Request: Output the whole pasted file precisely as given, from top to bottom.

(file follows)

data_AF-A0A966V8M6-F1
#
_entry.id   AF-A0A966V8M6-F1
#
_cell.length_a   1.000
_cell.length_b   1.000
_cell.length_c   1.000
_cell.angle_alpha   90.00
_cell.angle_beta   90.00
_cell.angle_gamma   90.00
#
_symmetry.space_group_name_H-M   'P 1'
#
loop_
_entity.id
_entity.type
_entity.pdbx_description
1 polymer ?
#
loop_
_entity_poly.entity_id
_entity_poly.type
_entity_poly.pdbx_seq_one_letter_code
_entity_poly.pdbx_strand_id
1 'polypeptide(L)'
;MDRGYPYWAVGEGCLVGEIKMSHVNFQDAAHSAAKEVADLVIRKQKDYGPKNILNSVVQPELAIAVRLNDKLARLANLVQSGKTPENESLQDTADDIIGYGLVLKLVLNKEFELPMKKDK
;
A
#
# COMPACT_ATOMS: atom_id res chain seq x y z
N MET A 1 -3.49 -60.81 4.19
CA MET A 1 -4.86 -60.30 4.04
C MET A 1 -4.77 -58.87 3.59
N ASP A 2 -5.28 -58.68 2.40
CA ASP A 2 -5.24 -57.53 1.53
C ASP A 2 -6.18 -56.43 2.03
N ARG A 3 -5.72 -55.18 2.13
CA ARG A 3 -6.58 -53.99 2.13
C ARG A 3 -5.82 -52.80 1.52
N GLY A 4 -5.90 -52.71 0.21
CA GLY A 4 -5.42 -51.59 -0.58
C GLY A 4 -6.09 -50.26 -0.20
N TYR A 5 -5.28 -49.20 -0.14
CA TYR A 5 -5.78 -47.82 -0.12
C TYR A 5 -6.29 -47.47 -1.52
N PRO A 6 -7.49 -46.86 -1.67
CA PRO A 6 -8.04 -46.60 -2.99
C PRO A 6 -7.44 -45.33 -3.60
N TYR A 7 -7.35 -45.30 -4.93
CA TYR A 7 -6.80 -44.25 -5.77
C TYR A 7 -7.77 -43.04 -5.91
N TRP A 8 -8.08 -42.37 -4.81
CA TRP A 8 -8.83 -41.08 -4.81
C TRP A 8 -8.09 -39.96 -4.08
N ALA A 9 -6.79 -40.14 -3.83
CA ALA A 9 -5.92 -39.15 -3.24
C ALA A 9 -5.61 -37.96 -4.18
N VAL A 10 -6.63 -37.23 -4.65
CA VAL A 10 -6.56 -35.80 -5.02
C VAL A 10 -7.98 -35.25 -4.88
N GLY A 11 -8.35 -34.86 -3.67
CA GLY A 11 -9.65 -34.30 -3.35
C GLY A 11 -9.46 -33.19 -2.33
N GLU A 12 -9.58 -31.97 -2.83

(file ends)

data_AF-A0A966V8M6-F1
#
_entry.id   AF-A0A966V8M6-F1
#
_cell.length_a   1.000
_cell.length_b   1.000
_cell.length_c   1.000
_cell.angle_alpha   90.00
_cell.angle_beta   90.00
_cell.angle_gamma   90.00
#
_symmetry.space_group_name_H-M   'P 1'
#
loop_
_entity.id
_entity.type
_entity.pdbx_description
1 polymer ?
#
loop_
_entity_poly.entity_id
_entity_poly.type
_entity_poly.pdbx_seq_one_letter_code
_entity_poly.pdbx_strand_id
1 'polypeptide(L)'
;MDRGYPYWAVGEGCLVGEIKMSHVNFQDAAHSAAKEVADLVIRKQKDYGPKNILNSVVQPELAIAVRLNDKLARLANLVQSGKTPENESLQDTADDIIGYGLVLKLVLNKEFELPMKKDK
;
A
#
# COMPACT_ATOMS: atom_id res chain seq x y z
N MET A 1 -3.49 -60.81 4.19
CA MET A 1 -4.86 -60.30 4.04
C MET A 1 -4.77 -58.87 3.59
N ASP A 2 -5.28 -58.68 2.40
CA ASP A 2 -5.24 -57.53 1.53
C ASP A 2 -6.18 -56.43 2.03
N ARG A 3 -5.72 -55.18 2.13
CA ARG A 3 -6.58 -53.99 2.13
C ARG A 3 -5.82 -52.80 1.52
N GLY A 4 -5.90 -52.71 0.21
CA GLY A 4 -5.42 -51.59 -0.58
C GLY A 4 -6.09 -50.26 -0.20
N TYR A 5 -5.28 -49.20 -0.14
CA TYR A 5 -5.78 -47.82 -0.12
C TYR A 5 -6.29 -47.47 -1.52
N PRO A 6 -7.49 -46.86 -1.67
CA PRO A 6 -8.04 -46.60 -2.99
C PRO A 6 -7.44 -45.33 -3.60
N TYR A 7 -7.35 -45.30 -4.93
CA TYR A 7 -6.80 -44.25 -5.77
C TYR A 7 -7.77 -43.04 -5.91
N TRP A 8 -8.08 -42.37 -4.81
CA TRP A 8 -8.83 -41.08 -4.81
C TRP A 8 -8.09 -39.96 -4.08
N ALA A 9 -6.79 -40.14 -3.83
CA ALA A 9 -5.92 -39.15 -3.24
C ALA A 9 -5.61 -37.96 -4.18
N VAL A 10 -6.63 -37.23 -4.65
CA VAL A 10 -6.56 -35.80 -5.02
C VAL A 10 -7.98 -35.25 -4.88
N GLY A 11 -8.35 -34.86 -3.67
CA GLY A 11 -9.65 -34.30 -3.35
C GLY A 11 -9.46 -33.19 -2.33
N GLU A 12 -9.58 -31.97 -2.83